Endpoint security threats meet their match

Securing the network at every endpoint is changing with some new products that limit, prohibit and protect endpoints and users.

Endpoint security is evolving.

While there is still concern for where laptops, PDAs and other mobile devices go when they are not linked to the network -- and the subsequent threats they could introduce later -- it is the more common devices that are starting to take center stage and raise eyebrows.

USB flash sticks, iPods, Bluetooth, Firewires and Wi-Fi connections, along with a host of other portable storage and removable media devices can wreak havoc on the network. They introduce worms, viruses, Trojan horses, spyware and other threats that can slow or take down networks.

For example, an employee uses a home computer and saves downloaded images and files to a USB flash stick not knowing that one of those files contains a virus. In the office, that USB stick is plugged into a computer on the network, and the infected file is opened, allowing the virus to start spreading.

Security vendor, GFI, hopes to cut down on those types of threats with EndPointSecurity, centrally managed software that lets administrators lock down more common devices by providing access to groups or individual users based on policy. Administrators can also monitor the use of removable devices and block access if they suspect a users' activity is compromising network security or the integrity of corporate data.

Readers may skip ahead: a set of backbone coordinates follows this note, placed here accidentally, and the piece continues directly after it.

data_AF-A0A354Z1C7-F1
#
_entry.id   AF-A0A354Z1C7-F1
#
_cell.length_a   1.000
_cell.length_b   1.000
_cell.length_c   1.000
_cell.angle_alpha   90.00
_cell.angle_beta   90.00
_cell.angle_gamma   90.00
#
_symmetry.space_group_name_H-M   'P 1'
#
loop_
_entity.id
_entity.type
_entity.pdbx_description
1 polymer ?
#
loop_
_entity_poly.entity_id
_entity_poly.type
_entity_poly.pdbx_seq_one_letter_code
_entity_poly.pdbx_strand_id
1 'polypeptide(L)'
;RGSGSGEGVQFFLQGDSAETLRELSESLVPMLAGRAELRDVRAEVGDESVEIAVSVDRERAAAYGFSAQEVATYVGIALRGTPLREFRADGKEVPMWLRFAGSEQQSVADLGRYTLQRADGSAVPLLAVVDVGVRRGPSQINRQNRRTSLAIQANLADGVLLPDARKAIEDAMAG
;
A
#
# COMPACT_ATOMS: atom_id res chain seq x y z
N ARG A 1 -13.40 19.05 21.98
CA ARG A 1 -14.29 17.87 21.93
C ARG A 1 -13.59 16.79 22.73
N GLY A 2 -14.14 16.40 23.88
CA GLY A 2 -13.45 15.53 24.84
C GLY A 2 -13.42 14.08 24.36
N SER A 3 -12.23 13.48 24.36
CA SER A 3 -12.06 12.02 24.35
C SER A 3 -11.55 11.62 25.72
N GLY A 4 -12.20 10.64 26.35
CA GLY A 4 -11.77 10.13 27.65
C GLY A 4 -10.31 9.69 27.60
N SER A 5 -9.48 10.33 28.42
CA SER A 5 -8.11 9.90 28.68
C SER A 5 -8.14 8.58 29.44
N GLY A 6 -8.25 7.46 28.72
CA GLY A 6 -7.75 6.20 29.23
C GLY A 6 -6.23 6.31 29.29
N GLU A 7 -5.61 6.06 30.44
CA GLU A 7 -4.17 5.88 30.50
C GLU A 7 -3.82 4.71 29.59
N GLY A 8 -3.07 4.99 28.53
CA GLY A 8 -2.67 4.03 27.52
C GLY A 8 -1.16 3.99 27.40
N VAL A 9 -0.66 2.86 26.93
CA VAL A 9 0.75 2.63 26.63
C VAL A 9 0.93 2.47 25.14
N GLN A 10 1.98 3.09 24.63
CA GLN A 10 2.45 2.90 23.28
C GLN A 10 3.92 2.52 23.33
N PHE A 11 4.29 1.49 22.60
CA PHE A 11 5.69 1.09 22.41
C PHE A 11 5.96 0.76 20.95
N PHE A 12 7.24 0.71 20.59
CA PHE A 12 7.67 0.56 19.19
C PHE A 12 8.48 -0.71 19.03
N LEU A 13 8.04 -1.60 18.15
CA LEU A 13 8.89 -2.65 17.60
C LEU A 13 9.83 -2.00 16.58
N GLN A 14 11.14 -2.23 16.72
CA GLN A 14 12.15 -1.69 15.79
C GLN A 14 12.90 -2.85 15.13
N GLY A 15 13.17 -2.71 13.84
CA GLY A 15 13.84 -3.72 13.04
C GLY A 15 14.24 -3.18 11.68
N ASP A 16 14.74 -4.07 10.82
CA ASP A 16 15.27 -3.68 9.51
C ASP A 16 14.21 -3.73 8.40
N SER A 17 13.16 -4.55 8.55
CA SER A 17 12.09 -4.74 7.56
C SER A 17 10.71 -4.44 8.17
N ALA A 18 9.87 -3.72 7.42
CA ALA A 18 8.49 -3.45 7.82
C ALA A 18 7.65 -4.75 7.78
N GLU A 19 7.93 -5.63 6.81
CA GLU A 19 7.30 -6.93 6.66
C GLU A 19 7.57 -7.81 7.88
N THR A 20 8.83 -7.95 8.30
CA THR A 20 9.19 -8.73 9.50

Stephen Nolan, director of American sales for GFI, said locking down, or at least limiting, the use of portable storage and media devices, gives administrators more control and can add an additional layer of network protection.

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"I don't know if people take this issue as seriously as they should," he said.

Dianne McAdam, an independent industry analyst formerly with the Data Mobility Group, agreed. She said the recent influx of endpoint security products has neglected some of the more common devices that can pose significant threats if not properly regulated.

iPods, USB flash sticks and other devices that can be easily plugged into computers to store and retrieve downloaded information and files are starting to infect networks unbeknownst to managers.

But EndPointSecurity blocks those devices from linking up, prohibits them from saving data and prevents users from uploading data to work machines.

"It's a smart move and a move that all corporations need to be considering right now," she said. "They need to look at these standard devices and make sure they're being used correctly."

In the work-from-wherever atmosphere that most companies allow, endpoint security has become a strong focus.

"This is not a problem that's just an enterprise problem, it's an SMB problem too," McAdam said. "Think about it. We download podcasts; we download other data without even a second thought to security."

The lesson here, McAdam said, is infections can now come from pretty much anywhere.

"We're always concerned about hackers and that sort of professional malicious intrusion," she said. "But we don't think about threats from these more common objects. We're starting to focus on internal concerns. Most people don't think about that human error factor. We tend to focus on big, flashy events."

In a sense, she said, taking a reactive approach and locking down a network only after a security break is similar to "closing the barnyard gate after the horses are out." It's too little too late.